Planning for Prosperity
In the Bible, Peter spoke of things that will insure a Christian will be spiritually prosperous. Like the Chinese New Year, a little house cleaning and what we nourish ourselves with become important.
The next few days in Singapore will be the beginning of the Chinese New Year For several days before the eve of Chinese New Year, Chinese housewives clean and redecorate their homes and shop for waxed duck, Chinese Sausages, mandarin oranges and traditional cakes. They will not sweep during the first few days of the new year because they might sweep out the good luck. Each food eaten has special significance for luck. Red paper scrolls bearing good luck verses in Chinese are posted all over the house.
It is believed that the first few days of the New Year will effect the rest of the year. So everything is done to insure a prosperous future. What you do and how you act during the period is crucial in determining how the rest of your year will go. So, eating the right foods, such as black moss seaweed, which is a homonym for exceeding in wealth, and dried bean curd, which is another homonym for fulfillment of wealth and happiness, is a must.
Officially the holiday lasts for three days, but Singaporeans often take the entire week off from work to celebrate, visiting relatives and friends. Everything has to be just right to set the stage for an auspicious New Year.
A Chinese New Year's Eve feast doubles as a family reunion, bringing people from all corners of the world back home. Meals are decadent with a spread of symbolically lucky foods Hong bao, or red envelopes stuffed with money, are passed out to the younger folk as an auspicious start for a prosperous new year.
In the Bible, Peter also spoke of things that will insure a Christian will be spiritually prosperous. Like the Chinese New Year, a little house cleaning and what we nourish ourselves with become important.
1 Peter 2:1-17 Peter call us all to a life of holiness (cleaning up our spiritual house) and love in 1 Peter 1:13-25. Verse 23 mentions being born again or born anew. "New borns" must grow into maturity. Much of a parent's responsibility lies in nurturing and creating an environment for this growth to occur. CreativeHolidayIdeas.com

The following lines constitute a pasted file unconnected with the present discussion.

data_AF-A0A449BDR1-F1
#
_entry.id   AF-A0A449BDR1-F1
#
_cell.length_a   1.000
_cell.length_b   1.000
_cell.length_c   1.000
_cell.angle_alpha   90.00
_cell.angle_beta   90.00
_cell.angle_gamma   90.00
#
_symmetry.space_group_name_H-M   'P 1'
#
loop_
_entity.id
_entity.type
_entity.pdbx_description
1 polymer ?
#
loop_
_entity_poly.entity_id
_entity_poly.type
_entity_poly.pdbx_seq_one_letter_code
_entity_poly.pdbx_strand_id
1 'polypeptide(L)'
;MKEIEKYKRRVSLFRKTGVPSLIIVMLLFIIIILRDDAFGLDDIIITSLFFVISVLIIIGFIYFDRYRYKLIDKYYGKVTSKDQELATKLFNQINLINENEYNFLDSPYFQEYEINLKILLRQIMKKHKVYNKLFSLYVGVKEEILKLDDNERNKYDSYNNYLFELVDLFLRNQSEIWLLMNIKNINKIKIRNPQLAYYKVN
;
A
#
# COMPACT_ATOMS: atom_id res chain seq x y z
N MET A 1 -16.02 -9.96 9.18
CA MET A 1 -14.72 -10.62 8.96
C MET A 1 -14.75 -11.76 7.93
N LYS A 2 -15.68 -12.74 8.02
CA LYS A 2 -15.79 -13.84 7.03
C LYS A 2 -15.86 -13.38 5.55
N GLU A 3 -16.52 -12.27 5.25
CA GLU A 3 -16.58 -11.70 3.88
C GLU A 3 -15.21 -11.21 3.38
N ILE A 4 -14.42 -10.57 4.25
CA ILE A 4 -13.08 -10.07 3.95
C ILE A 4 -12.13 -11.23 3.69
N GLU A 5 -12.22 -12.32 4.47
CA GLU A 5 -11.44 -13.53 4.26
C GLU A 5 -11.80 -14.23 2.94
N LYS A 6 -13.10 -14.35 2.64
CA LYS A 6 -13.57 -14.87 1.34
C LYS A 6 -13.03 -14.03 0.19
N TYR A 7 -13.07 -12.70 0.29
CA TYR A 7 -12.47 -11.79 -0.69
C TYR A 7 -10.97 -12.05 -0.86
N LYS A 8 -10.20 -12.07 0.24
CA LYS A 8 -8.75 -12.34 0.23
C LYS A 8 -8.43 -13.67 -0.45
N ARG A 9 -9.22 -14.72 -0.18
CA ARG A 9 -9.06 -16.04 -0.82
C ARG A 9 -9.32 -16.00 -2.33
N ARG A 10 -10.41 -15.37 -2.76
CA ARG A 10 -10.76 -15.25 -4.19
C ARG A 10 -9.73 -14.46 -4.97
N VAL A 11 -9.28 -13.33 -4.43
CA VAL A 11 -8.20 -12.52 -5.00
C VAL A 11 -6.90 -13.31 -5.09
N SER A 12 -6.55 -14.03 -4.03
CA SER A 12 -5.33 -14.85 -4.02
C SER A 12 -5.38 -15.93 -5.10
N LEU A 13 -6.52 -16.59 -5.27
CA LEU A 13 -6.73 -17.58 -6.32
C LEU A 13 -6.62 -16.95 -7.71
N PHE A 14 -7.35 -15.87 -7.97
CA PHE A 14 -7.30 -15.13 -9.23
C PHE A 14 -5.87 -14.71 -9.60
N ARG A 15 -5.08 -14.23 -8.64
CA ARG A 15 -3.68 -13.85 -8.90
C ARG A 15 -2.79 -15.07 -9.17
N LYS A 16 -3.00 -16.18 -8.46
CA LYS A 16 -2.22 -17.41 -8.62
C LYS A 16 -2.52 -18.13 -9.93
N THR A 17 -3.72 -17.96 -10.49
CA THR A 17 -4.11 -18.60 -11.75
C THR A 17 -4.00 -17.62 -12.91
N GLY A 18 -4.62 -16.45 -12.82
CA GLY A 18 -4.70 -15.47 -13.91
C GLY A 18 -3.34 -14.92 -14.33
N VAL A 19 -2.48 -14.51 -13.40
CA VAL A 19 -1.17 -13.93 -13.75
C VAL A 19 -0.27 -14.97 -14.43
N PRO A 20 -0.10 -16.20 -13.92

Peter begins by assuming that his readers are like newborn babies. Most newborns are passive about everything but getting their nourishment. They enthusiastically go after milk. Peter relates this enthusiasm for nourishment to a new Christian's desire for spiritual nourishment that will lead to growth in Christ. That nourishment is pure, spiritual milk. The word milk is part of the figure of speech that goes with newborns. The word pure is genuine - not thinned down milk and refers to the Word of God.
Since you have already tasted and discovered that the Lord is good, the command to long for more spiritual nourishment should be an easy command to obey. The fact that Peter talked about desiring the word in verse 2 and tasting the Lord in verse 3 reminds us that this growth is in our relationship with Christ.
I wonder how many of us are as enthusiastic about the pursuit of God as the Chinese are about the pursuit of good luck. Our reward is not prosperity for a year, but life eternal. Are we willing to do a little personal house cleaning to insure a life of holiness? Do we have that hunger for the word like new born babies craving milk?
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Published on Jan 12, 2012
CreativeHolidayIdeas.com In the Bible, Peter spoke of things that will insure a Christian will be spiritually prosperous. Like the Chinese N...